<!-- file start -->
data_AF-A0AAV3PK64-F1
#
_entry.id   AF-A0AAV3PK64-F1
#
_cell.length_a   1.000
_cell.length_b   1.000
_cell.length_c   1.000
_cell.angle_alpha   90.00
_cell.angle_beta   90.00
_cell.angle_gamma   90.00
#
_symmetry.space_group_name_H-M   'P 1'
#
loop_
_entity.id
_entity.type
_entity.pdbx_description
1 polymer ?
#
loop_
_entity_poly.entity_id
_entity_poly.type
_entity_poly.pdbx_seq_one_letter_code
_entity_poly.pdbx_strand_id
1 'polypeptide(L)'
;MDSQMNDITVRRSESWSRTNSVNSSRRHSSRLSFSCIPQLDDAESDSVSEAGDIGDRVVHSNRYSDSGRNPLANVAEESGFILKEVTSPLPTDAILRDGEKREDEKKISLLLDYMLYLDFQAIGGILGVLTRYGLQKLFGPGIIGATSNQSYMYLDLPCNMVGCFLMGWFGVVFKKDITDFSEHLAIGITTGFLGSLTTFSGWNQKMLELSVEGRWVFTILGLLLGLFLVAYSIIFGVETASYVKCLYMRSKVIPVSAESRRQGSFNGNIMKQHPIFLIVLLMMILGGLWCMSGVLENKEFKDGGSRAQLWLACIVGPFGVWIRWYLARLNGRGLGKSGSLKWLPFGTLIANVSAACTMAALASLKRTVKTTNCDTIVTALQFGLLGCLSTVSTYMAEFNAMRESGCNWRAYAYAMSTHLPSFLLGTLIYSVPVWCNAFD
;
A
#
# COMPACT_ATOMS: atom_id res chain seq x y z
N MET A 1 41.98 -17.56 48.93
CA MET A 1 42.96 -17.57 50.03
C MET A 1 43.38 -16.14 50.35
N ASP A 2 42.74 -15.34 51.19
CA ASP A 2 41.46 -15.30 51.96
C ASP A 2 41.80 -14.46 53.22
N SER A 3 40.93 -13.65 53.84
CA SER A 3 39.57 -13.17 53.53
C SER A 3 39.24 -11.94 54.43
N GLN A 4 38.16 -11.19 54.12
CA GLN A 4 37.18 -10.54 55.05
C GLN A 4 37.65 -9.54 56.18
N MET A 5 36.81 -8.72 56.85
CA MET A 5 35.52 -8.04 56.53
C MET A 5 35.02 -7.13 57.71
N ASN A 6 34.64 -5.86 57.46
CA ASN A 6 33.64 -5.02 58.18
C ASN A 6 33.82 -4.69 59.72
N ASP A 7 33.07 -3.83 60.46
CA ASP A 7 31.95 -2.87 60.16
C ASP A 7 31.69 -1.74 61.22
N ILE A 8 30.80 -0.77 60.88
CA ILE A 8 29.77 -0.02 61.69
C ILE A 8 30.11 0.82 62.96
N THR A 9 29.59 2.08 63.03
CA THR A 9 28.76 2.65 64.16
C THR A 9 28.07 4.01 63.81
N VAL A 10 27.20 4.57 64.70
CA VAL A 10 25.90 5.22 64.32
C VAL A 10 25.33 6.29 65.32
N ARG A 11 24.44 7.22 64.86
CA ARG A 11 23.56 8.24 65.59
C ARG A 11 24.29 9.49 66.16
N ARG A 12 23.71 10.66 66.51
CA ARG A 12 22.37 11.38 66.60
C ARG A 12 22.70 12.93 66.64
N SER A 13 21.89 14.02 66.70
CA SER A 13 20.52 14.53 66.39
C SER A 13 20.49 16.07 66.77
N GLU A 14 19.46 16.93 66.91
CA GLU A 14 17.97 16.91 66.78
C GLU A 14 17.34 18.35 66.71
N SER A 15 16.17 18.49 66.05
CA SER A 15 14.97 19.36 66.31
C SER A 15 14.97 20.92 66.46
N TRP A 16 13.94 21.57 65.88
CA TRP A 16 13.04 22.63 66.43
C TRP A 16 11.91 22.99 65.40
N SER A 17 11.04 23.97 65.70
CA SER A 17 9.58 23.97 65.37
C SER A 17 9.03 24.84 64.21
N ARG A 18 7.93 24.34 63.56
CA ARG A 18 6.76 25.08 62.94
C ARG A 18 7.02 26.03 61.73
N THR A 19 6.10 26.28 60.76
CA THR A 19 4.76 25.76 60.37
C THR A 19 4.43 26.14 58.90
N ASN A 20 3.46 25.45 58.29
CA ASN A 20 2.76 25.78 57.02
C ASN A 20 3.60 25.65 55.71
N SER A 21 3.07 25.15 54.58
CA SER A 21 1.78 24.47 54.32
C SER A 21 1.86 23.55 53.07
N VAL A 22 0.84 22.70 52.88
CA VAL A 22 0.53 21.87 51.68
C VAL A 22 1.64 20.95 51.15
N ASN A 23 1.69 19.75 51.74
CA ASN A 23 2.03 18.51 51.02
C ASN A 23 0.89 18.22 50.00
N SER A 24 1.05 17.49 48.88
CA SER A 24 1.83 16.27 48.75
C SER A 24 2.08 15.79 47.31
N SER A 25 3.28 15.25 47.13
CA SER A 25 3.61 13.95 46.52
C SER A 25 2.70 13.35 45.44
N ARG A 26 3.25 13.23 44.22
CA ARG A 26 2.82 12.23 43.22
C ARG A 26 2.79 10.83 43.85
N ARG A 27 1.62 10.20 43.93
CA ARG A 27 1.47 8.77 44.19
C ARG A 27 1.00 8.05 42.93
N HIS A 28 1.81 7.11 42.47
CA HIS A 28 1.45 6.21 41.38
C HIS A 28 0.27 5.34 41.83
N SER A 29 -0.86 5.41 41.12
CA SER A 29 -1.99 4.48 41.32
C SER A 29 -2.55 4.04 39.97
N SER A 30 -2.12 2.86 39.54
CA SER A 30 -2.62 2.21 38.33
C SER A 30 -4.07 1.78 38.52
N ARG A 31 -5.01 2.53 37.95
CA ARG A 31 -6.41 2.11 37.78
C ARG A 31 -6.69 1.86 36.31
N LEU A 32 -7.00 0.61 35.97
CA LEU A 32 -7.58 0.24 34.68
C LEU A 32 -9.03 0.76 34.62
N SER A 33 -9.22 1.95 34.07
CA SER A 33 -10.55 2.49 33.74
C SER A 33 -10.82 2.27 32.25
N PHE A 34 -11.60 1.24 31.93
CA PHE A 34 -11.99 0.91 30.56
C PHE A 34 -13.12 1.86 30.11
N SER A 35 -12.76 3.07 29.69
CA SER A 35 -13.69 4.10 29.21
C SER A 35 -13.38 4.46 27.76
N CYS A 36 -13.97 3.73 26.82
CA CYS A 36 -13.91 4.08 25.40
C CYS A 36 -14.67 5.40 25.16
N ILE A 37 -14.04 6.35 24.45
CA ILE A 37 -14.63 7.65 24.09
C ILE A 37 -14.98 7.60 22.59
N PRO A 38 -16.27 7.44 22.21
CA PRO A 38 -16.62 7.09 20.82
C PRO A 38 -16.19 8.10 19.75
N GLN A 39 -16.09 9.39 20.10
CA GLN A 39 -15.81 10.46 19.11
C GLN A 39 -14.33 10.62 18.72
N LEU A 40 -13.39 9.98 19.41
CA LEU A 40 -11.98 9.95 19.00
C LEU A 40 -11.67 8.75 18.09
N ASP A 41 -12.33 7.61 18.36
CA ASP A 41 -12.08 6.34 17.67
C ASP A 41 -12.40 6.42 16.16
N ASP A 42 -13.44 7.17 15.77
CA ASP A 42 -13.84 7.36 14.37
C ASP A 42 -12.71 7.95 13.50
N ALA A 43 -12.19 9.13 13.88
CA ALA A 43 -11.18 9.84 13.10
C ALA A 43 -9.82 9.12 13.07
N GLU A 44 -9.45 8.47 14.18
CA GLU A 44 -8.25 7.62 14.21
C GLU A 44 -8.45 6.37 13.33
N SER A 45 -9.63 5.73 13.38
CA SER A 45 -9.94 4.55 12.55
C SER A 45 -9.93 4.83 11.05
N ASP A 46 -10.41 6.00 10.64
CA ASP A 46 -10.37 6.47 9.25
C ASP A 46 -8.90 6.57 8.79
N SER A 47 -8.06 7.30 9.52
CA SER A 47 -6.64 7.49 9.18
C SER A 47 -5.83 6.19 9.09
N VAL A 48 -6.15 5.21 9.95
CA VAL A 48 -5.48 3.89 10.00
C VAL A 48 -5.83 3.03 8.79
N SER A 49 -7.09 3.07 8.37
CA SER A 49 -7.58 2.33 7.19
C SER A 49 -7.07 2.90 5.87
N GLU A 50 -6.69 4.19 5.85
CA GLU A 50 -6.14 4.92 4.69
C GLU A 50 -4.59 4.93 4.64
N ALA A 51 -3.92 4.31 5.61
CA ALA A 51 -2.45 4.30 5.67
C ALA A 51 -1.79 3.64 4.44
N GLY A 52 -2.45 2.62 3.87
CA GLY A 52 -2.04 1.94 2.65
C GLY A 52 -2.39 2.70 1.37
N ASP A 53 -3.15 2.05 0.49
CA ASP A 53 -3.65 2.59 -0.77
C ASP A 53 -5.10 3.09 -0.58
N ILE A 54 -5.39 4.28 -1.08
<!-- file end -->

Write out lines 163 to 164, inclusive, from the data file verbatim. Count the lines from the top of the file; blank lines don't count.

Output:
N SER A 45 -9.63 5.73 13.38
CA SER A 45 -9.94 4.55 12.55